—  Ludwig Wittgenstein

5.632
Original German: Das Subjekt gehört nicht zur Welt, sondern es ist eine Grenze der Welt.
1920s, Tractatus Logico-Philosophicus (1922)

„Only a man who lives not in time but in the present is happy.“

—  Ludwig Wittgenstein

Journal entry (8 July 1916), p. 74e
1910s, Notebooks 1914-1916
Kontextus: There are two godheads: the world and my independent I.
I am either happy or unhappy, that is all. It can be said: good or evil do not exist.
A man who is happy must have no fear. Not even in the face of death.
Only a man who lives not in time but in the present is happy.

„A hero looks death in the face, real death, not just the image of death.“

—  Ludwig Wittgenstein

Forrás: Culture and Value (1980), p. 50e
Kontextus: A hero looks death in the face, real death, not just the image of death. Behaving honourably in a crisis doesn't mean being able to act the part of a hero well, as in the theatre, it means being able to look death itself in the eye.
For an actor may play lots of different roles, but at the end of it all he himself, the human being, is the one who has to die.

„The system is not so much the point of departure, as the element in which our arguments have their life.“

—  Ludwig Wittgenstein, könyv On Certainty

On Certainty (1969)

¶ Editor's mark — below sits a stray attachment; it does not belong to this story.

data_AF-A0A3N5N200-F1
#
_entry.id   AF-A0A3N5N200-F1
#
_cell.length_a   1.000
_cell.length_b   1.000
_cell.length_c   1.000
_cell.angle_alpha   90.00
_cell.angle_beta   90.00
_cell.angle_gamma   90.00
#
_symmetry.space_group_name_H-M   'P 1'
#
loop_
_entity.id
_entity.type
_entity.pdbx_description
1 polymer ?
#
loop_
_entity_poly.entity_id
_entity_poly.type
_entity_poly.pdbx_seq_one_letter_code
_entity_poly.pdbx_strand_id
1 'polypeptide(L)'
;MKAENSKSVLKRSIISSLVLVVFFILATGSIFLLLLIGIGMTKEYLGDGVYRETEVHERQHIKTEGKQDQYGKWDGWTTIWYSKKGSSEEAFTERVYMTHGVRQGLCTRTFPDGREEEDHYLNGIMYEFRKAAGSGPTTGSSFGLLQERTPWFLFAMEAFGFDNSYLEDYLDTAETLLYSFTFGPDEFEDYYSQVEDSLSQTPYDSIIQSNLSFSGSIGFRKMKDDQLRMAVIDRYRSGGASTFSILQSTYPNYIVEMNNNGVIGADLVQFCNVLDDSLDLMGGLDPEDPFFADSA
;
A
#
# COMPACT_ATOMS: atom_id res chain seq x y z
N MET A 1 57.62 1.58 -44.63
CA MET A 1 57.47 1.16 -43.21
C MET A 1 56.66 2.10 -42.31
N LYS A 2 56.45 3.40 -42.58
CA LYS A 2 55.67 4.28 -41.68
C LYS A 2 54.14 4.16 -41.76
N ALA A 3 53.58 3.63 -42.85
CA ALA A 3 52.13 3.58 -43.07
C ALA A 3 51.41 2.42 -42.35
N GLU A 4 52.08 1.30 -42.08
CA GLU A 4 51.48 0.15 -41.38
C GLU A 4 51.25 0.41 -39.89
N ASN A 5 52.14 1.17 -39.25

Kontextus: 105. All testing, all confirmation and disconfirmation of a hypothesis takes place already within a system. And this system is not a more or less arbitrary and doubtful point of departure for all our arguments; no it belongs to the essence of what we call an argument. The system is not so much the point of departure, as the element in which our arguments have their life.

„Frazer is much more savage than most of his savages, for they are not as far removed from the understanding of spiritual matter as a twentieth-century Englishman.“

—  Ludwig Wittgenstein

Forrás: 1930s-1951, Philosophical Occasions 1912-1951 (1993), Ch. 7 : Remarks on Frazer's Golden Bough, p. 131
Kontextus: Frazer is much more savage than most of his savages, for they are not as far removed from the understanding of spiritual matter as a twentieth-century Englishman. His explanations of primitive practices are much cruder than the meaning of these practices themselves.

„The arrow points only in the application that a living being makes of it.“

—  Ludwig Wittgenstein, könyv Philosophical Investigations

§ 454
Philosophical Investigations (1953)
Kontextus: "Everything is already there in...." How does it come about that [an] arrow points? Doesn't it seem to carry in it something besides itself? — "No, not the dead line on paper; only the psychical thing, the meaning, can do that." — That is both true and false. The arrow points only in the application that a living being makes of it.

„Lorem ipsum dolor sit amet, consectetuer adipiscing elit. Etiam egestas wisi a erat. Morbi imperdiet, mauris ac auctor dictum.“